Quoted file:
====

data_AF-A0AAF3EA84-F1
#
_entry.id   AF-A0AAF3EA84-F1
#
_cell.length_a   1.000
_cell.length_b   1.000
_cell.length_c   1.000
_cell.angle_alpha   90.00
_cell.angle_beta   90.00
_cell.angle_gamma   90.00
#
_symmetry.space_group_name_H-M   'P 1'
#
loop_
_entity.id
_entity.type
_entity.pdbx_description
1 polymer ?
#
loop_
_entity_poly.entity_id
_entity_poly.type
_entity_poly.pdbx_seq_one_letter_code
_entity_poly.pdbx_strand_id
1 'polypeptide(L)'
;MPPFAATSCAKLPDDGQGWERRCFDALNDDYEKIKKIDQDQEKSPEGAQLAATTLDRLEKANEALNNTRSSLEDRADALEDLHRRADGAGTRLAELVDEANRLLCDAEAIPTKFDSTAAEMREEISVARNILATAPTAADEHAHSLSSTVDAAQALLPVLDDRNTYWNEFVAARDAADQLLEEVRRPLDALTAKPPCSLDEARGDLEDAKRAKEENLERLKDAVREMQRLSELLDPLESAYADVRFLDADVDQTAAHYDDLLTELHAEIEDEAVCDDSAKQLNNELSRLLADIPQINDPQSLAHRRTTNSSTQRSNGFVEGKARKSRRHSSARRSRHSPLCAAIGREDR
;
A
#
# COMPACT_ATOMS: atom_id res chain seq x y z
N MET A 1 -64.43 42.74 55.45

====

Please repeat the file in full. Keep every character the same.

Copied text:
data_AF-A0AAF3EA84-F1
#
_entry.id   AF-A0AAF3EA84-F1
#
_cell.length_a   1.000
_cell.length_b   1.000
_cell.length_c   1.000
_cell.angle_alpha   90.00
_cell.angle_beta   90.00
_cell.angle_gamma   90.00
#
_symmetry.space_group_name_H-M   'P 1'
#
loop_
_entity.id
_entity.type
_entity.pdbx_description
1 polymer ?
#
loop_
_entity_poly.entity_id
_entity_poly.type
_entity_poly.pdbx_seq_one_letter_code
_entity_poly.pdbx_strand_id
1 'polypeptide(L)'
;MPPFAATSCAKLPDDGQGWERRCFDALNDDYEKIKKIDQDQEKSPEGAQLAATTLDRLEKANEALNNTRSSLEDRADALEDLHRRADGAGTRLAELVDEANRLLCDAEAIPTKFDSTAAEMREEISVARNILATAPTAADEHAHSLSSTVDAAQALLPVLDDRNTYWNEFVAARDAADQLLEEVRRPLDALTAKPPCSLDEARGDLEDAKRAKEENLERLKDAVREMQRLSELLDPLESAYADVRFLDADVDQTAAHYDDLLTELHAEIEDEAVCDDSAKQLNNELSRLLADIPQINDPQSLAHRRTTNSSTQRSNGFVEGKARKSRRHSSARRSRHSPLCAAIGREDR
;
A
#
# COMPACT_ATOMS: atom_id res chain seq x y z
N MET A 1 -64.43 42.74 55.45